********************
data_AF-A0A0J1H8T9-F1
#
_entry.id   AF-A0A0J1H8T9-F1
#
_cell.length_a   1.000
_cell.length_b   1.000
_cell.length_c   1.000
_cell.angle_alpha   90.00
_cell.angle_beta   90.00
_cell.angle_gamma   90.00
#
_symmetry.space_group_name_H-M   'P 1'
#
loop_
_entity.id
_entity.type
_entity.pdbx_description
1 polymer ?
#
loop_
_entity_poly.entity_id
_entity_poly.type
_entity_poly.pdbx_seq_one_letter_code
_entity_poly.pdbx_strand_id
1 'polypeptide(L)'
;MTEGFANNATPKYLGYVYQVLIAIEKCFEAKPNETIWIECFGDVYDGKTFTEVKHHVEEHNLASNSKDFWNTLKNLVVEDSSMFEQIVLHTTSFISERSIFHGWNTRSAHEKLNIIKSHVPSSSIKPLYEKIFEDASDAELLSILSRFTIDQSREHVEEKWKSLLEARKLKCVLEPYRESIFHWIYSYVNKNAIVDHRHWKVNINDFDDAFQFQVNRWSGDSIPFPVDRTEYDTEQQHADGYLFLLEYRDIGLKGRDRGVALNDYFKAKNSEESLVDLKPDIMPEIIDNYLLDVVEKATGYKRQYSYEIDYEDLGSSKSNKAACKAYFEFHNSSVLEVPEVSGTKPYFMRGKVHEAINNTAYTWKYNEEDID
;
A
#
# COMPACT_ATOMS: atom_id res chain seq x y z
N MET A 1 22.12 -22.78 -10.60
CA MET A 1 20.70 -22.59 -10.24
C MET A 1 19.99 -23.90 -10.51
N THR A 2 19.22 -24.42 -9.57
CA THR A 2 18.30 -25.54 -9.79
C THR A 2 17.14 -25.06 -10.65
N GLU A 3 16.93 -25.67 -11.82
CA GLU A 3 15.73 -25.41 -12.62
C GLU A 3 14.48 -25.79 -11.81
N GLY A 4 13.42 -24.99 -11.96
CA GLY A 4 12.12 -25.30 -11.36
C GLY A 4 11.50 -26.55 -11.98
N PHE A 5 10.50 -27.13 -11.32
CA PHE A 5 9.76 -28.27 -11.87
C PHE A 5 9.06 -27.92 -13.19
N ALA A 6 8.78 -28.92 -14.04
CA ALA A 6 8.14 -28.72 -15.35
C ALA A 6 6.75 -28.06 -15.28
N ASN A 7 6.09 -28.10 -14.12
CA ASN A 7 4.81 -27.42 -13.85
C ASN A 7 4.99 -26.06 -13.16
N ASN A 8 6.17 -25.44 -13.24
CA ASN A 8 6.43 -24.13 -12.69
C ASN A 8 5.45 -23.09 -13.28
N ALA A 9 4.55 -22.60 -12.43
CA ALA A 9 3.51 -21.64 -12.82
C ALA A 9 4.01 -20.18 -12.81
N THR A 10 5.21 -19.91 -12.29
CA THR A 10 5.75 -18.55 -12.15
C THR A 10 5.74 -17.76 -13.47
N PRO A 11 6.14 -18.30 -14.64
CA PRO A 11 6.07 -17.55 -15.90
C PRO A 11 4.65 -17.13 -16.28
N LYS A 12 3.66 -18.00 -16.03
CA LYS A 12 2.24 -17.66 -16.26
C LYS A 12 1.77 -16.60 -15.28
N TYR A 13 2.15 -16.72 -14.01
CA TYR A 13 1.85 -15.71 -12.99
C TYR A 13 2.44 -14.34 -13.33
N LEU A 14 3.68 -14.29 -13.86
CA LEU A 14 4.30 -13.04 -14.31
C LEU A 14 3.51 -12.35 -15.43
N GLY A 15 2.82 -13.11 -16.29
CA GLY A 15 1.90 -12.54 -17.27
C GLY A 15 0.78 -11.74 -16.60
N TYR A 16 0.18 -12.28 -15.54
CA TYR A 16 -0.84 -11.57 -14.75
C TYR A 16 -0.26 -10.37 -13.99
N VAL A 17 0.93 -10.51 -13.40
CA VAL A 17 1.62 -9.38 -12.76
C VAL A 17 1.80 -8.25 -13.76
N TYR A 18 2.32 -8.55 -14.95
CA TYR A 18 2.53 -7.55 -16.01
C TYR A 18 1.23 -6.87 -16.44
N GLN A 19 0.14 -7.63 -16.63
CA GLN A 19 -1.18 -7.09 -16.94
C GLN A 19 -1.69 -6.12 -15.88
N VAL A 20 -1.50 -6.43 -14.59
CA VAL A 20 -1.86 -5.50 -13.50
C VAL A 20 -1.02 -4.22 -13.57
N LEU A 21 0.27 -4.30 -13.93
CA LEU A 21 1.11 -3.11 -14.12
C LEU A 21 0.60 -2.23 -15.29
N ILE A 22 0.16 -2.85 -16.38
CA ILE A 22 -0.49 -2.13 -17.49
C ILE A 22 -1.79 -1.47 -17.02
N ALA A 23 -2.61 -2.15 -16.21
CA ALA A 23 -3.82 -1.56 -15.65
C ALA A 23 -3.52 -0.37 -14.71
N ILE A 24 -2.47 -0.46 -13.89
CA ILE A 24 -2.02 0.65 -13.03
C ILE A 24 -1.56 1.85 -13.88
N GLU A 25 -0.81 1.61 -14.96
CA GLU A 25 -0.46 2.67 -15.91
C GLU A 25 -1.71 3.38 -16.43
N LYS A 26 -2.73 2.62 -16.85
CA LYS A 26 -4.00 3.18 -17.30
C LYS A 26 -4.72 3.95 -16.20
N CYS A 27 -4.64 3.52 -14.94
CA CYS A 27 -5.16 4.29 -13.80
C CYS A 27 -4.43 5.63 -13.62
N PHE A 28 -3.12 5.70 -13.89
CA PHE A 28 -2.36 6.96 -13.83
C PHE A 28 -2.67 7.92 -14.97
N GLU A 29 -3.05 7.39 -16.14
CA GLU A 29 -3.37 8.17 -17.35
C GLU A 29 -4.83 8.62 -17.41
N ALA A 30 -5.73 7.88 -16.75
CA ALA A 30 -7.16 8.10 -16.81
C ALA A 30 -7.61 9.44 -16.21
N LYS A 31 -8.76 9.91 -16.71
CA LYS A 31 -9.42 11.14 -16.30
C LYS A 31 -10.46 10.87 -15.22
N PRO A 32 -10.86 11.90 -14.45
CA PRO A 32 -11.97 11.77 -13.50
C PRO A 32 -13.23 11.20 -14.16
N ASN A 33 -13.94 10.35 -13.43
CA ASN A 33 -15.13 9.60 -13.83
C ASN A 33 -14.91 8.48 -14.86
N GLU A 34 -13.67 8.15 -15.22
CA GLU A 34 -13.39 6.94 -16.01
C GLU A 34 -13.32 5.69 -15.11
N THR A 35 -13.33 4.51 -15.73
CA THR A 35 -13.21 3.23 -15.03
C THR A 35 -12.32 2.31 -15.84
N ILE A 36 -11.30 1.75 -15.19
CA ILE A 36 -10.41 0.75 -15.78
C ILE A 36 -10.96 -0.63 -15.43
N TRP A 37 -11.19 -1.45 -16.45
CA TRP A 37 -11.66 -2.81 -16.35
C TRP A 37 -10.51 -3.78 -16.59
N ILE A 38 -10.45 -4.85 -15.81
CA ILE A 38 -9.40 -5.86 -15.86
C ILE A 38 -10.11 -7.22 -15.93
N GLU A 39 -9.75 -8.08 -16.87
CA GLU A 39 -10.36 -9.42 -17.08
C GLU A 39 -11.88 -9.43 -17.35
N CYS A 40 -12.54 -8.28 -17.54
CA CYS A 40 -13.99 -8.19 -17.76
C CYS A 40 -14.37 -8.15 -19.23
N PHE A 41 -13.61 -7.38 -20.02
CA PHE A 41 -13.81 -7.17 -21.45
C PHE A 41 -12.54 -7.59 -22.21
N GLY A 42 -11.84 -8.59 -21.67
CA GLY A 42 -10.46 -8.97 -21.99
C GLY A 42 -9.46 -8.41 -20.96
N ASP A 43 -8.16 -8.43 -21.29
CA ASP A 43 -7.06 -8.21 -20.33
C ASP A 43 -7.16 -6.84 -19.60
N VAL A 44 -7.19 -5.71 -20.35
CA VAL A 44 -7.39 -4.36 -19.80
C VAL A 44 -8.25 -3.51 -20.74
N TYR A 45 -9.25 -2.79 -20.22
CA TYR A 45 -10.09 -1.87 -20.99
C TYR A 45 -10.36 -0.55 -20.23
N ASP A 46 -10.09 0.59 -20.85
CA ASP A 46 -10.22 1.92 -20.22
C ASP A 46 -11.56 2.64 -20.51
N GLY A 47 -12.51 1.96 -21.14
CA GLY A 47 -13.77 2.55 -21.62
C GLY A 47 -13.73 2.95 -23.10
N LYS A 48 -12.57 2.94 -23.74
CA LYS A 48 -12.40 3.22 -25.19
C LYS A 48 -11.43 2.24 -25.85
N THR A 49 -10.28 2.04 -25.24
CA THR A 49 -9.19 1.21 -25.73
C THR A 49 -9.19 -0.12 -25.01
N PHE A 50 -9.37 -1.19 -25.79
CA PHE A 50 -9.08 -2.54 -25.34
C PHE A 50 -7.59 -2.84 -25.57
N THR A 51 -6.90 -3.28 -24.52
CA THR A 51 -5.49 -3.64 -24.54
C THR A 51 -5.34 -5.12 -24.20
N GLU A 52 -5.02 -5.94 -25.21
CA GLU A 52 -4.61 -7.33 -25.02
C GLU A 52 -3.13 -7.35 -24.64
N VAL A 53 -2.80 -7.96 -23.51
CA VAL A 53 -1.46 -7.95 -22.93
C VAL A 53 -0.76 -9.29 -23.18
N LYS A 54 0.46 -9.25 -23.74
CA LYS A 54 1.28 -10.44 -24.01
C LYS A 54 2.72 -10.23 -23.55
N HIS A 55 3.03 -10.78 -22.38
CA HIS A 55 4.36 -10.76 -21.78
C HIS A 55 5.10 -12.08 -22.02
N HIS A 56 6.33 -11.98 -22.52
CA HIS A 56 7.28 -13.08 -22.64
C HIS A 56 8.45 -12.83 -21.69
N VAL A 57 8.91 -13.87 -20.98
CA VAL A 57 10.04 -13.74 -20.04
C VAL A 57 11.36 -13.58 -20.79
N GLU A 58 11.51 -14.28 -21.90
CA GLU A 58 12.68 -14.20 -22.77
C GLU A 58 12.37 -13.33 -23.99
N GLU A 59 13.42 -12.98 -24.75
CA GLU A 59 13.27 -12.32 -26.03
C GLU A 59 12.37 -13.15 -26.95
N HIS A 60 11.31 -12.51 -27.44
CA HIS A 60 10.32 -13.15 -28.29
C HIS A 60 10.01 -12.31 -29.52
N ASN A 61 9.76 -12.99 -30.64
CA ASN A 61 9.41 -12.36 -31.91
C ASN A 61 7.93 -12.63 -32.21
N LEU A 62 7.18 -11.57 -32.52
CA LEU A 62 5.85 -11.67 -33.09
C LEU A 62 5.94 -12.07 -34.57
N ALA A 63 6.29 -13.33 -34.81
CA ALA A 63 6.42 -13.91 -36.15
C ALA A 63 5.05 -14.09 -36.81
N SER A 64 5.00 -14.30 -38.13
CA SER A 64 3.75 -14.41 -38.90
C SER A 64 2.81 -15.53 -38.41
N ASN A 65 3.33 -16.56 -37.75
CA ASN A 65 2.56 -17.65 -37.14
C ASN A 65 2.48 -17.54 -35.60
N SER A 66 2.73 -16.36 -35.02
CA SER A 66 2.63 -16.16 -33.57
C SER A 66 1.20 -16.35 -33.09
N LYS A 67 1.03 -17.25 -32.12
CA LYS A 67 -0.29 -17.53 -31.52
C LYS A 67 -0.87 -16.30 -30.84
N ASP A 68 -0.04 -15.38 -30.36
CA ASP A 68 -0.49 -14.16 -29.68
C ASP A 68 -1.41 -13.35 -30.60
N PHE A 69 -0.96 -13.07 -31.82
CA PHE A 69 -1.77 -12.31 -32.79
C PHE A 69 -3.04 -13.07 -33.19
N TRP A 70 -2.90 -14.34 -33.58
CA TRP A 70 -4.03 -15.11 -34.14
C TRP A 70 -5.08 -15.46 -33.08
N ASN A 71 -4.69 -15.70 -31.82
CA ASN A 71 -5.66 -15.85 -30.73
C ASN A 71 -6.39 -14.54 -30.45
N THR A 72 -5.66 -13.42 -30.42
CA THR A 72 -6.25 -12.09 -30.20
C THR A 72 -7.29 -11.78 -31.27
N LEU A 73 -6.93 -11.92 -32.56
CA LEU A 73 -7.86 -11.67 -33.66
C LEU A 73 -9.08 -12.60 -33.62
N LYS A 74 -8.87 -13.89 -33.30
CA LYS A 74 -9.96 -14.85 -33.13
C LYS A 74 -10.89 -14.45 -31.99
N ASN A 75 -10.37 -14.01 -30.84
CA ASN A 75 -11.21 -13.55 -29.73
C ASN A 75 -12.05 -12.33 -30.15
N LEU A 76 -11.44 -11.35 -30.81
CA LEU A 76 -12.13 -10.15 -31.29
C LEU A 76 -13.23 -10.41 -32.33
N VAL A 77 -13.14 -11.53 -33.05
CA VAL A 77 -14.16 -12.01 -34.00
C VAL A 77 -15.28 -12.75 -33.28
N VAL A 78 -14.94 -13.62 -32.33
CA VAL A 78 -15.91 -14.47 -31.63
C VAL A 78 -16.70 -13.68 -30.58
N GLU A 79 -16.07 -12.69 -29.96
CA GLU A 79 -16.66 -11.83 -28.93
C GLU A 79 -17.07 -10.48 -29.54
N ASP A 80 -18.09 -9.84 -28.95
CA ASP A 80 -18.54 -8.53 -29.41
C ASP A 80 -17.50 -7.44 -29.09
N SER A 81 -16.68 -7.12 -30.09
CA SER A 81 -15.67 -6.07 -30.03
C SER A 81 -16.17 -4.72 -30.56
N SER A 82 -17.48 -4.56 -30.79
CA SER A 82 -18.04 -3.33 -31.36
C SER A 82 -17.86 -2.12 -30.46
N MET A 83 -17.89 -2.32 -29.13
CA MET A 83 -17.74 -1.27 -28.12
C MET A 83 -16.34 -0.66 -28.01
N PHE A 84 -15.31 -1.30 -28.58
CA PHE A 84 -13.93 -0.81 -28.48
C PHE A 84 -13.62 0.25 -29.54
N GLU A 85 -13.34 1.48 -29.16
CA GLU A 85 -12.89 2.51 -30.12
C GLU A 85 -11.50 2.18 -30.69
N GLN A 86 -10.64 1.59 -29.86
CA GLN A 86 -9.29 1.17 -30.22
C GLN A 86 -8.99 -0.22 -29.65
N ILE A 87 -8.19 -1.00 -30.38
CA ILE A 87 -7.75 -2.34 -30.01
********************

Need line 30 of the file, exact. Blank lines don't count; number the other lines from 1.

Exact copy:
# COMPACT_ATOMS: atom_id res chain seq x y z